This model of the marble game is a simplification, a reduced principle,
that does not describe the total biological reality. This hazard game model
than also does not intend to describe the total biological reality of the
genetic changes, but only the hazardous events in this. That is why it must
have indeed intrinsically restrictions: The possible gene changes caused by the biological functions are to be excluded in
the model. Unfortunately the model must have also extrinsically restrictions:
For reasons of clarity and surveyability not all possible extrinsic events can
be included in a model. It is convenient
to describe a model within a standard situation with exclusion, or freezing of
all possible events. Later on some events may be included into the model as a
new parameter. These restrictions are mostly the same as in the general model
of the genetic drift, as they are:
1^{st} The close
population without genetic exchange. 2^{nd} The constant size of the
population. 3^{rd} Random breeding, so no more or fewer inbreeding than
at random. 4^{th} There is no selection. 5^{th} No new
mutations do arise after the datum date. 6^{th} There is no mating
between the generations. 7^{th} Selffertilisation is possible, because
the individuals are fertile in both genders.
The conditions random mating and no selection are largely or totally
intrinsically, as they are causal lied with the biological functions. The
events that may open the population and will change its size can be both
extrinsic and intrinsic. The arise of mutations is seen mostly as an extrinsic
factor, but this may be disputed. The mating between the generations is
intrinsic. The fertility in the genders and their participation in the
procreation is a biological or intrinsic factor.
Most of these restrictions are described as a parameter further on here.
This is not the case in the mating only within the same generation. The
possibilities of allele transfer in genealogic studies indicate however the
influence of mating between the generations on the allele transfer may be
small, because this mating does not cause inbreeding. It can cause however some
fluctuation of the effective size of the population while the real size remains
constant. Making models and calculations with this mating is difficult. The
measure of the mating between the generations depends from the length of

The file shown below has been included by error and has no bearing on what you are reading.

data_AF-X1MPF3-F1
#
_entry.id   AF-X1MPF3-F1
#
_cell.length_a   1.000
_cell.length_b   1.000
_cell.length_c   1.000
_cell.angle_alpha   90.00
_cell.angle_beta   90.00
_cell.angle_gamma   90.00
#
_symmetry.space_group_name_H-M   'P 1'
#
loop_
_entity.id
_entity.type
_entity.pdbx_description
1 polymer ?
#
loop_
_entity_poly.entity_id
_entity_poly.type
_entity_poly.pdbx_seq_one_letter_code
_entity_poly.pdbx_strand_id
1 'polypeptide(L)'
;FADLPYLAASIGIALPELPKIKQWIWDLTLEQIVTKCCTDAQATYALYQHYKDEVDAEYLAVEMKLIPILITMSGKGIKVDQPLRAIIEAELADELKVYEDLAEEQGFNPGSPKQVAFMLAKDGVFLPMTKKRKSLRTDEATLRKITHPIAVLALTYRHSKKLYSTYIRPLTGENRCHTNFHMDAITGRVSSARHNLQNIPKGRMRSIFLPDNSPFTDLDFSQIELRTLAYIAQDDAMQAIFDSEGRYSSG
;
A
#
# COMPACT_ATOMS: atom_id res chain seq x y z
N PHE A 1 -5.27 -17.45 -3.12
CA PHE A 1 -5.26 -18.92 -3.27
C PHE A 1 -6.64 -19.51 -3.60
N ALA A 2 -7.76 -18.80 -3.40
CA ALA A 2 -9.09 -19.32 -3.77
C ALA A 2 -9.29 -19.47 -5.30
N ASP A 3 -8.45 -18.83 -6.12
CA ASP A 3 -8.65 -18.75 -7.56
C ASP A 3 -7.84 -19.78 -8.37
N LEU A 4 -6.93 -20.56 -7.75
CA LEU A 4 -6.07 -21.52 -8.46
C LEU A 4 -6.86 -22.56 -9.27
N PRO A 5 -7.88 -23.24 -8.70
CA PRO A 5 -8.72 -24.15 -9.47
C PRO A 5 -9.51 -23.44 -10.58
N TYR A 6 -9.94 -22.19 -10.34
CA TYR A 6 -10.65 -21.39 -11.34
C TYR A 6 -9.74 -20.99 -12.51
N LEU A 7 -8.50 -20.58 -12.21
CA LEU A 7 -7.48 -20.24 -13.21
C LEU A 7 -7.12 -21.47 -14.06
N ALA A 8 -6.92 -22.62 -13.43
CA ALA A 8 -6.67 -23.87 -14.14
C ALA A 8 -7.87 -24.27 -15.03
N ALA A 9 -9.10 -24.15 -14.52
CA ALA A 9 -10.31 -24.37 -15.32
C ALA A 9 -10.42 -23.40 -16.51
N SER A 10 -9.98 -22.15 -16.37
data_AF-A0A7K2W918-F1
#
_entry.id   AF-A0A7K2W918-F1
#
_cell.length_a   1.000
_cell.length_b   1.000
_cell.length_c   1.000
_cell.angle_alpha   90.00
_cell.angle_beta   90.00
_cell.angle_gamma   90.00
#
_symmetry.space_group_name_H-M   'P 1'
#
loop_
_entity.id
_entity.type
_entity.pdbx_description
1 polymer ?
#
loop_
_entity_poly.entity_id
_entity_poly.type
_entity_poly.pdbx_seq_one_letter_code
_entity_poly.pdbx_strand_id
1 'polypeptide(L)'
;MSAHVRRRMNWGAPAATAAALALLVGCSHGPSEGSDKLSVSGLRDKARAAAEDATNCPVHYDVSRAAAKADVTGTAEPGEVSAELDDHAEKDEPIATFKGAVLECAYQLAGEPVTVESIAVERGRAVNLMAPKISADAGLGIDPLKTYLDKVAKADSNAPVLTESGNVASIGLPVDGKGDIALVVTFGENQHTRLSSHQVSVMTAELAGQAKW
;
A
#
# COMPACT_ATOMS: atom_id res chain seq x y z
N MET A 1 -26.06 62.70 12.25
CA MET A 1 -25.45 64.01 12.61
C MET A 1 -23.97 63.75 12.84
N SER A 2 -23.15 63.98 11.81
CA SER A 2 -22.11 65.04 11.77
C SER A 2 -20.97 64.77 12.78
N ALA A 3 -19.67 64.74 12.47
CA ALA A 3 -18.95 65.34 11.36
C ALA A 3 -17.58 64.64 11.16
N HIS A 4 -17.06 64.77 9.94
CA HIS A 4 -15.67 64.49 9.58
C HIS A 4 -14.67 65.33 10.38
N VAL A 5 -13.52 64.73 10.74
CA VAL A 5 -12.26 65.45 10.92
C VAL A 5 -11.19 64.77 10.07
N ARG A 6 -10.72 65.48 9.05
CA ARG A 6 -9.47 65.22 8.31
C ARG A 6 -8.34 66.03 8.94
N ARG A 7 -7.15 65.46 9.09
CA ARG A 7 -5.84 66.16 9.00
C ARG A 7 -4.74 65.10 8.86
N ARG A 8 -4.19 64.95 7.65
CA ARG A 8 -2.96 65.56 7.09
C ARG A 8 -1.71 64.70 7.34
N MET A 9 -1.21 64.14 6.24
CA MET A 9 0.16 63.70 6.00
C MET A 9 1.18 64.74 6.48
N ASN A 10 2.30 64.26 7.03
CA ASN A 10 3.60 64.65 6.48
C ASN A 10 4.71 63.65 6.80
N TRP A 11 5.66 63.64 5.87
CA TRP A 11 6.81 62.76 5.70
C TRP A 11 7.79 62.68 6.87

generation time in relation to the period of fertility and reproduction of the
individuals. Mice can mate with much more generations than people. The random
possibility of selffertilisation itself in somewhat larger populations is very
small and thus unimportant. If the individuals of the species have separated
genders and can be fertile in only one gender this also is of no influence if
these both genders participate equally in the procreation. The problem however
is that in practical live the genders do not equal participate. The
observations learn us that more individuals of the gender that ‘invests’ the
most in the next generation participate in the procreation than those of the
minor investing gender, thus mostly the masculine. The phenomenon of biological
functions by which is caused this unequal participation of the genders in the
procreation is called sexual selection. It is possible and often practised to
correct for this intrinsic factor in calculating the effective population size
for these cases, but it is disputed if it always is useful to correct in the
biological data to get the random situation.
The potential most important restriction of this model however is that at 8^{th} the transfer of the
alleles from generation Fn to F(n+1) must be one uniform event. In reality
it yet is a composed event. So this
restriction is very important, but it is not generally acknowledged in the
literature I guess. As pointed out before there is in fact a drawing or
distribution of:
1^{st} The reproduction. The individual organisms of the parent
generation F0 draw different numbers of effective descendents, that reach
adultness and are able to reproduce themselves.
2^{nd} The effective descendants can draw different alleles from
their parents and further ancestors.
It is pointed out here further on[3]
that it is possible and in many situations necessary to make a model with
specification of these two drawing events.
Further more it is possible to extend this model by putting more data
into it in order to get more information about the changes of the genes in the